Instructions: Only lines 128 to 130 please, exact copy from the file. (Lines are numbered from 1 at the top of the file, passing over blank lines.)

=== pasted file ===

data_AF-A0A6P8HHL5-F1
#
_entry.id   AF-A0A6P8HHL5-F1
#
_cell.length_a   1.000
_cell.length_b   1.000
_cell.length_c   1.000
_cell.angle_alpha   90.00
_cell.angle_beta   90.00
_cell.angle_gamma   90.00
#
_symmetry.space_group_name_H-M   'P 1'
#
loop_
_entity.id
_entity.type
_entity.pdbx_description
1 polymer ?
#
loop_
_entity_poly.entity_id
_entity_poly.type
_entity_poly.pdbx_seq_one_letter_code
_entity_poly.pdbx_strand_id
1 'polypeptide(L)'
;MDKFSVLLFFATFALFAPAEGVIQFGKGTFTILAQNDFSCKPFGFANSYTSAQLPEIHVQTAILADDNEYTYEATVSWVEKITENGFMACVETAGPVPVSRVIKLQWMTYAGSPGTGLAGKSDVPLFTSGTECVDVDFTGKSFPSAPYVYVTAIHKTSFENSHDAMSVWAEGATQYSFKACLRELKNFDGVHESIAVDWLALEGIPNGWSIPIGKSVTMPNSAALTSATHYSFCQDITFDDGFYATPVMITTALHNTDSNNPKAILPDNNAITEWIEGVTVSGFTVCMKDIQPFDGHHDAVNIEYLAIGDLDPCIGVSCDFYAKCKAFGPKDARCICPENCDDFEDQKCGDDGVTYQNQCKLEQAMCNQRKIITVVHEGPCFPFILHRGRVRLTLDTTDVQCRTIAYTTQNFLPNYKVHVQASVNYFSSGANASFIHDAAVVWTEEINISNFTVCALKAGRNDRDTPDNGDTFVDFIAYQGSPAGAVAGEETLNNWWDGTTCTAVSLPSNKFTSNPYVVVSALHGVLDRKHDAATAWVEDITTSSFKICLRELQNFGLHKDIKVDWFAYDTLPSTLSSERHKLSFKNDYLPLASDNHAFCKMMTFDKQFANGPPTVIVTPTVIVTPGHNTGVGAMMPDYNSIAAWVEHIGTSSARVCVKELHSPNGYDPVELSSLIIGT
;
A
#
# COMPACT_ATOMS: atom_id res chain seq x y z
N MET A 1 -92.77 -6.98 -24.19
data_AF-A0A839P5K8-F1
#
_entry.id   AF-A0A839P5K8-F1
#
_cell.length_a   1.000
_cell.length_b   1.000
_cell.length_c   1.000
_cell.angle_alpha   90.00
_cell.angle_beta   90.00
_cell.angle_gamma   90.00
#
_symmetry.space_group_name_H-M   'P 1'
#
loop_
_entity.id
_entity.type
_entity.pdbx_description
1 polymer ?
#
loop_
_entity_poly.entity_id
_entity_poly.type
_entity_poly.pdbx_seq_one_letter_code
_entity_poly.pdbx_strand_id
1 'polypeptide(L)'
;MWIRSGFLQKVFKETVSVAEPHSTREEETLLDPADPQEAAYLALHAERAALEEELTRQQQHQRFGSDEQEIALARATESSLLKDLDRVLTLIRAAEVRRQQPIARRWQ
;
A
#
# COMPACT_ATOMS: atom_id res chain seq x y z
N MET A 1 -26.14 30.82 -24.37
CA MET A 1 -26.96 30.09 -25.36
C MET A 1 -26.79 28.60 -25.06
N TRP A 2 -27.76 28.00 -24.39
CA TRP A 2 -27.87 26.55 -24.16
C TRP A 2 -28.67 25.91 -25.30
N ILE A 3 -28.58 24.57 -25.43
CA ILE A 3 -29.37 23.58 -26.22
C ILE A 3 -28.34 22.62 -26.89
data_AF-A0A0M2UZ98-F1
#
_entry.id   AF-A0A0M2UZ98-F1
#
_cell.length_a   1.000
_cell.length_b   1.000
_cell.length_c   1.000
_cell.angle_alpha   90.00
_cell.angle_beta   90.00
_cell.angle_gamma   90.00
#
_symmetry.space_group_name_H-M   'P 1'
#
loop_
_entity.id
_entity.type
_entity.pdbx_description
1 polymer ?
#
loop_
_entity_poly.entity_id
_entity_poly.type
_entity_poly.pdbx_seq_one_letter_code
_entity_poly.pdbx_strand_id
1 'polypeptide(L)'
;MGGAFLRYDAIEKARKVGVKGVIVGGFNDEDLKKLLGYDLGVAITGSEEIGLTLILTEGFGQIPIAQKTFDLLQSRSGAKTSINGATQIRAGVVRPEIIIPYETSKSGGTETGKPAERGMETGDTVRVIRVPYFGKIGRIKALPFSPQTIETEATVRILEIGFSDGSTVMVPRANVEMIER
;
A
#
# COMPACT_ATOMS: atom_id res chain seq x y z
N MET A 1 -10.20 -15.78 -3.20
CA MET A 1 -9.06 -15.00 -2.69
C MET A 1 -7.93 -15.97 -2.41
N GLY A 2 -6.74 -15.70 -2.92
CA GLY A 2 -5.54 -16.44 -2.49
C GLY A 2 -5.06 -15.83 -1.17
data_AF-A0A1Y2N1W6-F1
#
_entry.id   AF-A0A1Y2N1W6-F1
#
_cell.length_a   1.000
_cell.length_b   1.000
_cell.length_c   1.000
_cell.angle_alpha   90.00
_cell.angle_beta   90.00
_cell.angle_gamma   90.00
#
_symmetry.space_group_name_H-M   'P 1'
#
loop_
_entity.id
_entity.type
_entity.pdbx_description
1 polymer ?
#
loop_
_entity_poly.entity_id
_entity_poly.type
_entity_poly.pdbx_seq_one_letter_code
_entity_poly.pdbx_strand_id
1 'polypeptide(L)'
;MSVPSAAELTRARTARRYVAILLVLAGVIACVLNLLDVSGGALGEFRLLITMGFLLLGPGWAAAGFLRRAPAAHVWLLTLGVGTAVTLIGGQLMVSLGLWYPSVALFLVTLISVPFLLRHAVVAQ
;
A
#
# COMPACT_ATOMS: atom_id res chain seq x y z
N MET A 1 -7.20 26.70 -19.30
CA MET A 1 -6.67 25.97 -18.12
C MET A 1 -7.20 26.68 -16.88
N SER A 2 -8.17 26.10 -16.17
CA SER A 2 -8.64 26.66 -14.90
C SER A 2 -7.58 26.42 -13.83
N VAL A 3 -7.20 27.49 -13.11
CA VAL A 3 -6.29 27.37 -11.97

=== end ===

_entity_poly.type
_entity_poly.pdbx_seq_one_letter_code
_entity_poly.pdbx_strand_id